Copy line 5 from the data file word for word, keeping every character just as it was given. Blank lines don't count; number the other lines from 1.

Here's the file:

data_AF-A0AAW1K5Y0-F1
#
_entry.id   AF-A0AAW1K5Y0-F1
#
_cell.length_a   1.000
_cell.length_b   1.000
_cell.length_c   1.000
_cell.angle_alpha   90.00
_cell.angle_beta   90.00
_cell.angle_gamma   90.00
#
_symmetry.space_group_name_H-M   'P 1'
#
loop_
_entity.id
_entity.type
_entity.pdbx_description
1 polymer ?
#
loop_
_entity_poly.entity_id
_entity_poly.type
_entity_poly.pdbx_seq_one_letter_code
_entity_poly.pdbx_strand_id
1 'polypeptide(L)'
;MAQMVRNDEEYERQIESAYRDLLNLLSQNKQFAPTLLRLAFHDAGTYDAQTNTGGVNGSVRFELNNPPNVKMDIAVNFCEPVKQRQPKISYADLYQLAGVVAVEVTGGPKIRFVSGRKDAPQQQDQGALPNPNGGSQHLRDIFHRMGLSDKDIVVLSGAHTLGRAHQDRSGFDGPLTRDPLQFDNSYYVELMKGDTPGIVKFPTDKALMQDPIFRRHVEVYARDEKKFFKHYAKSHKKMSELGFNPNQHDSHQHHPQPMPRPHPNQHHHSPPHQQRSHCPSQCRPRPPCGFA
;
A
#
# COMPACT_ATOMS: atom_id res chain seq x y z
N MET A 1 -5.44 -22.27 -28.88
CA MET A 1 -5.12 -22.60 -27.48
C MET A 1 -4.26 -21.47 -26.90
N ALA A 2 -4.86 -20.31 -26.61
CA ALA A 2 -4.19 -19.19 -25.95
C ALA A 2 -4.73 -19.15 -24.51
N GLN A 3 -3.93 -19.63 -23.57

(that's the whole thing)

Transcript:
_cell.length_a   1.000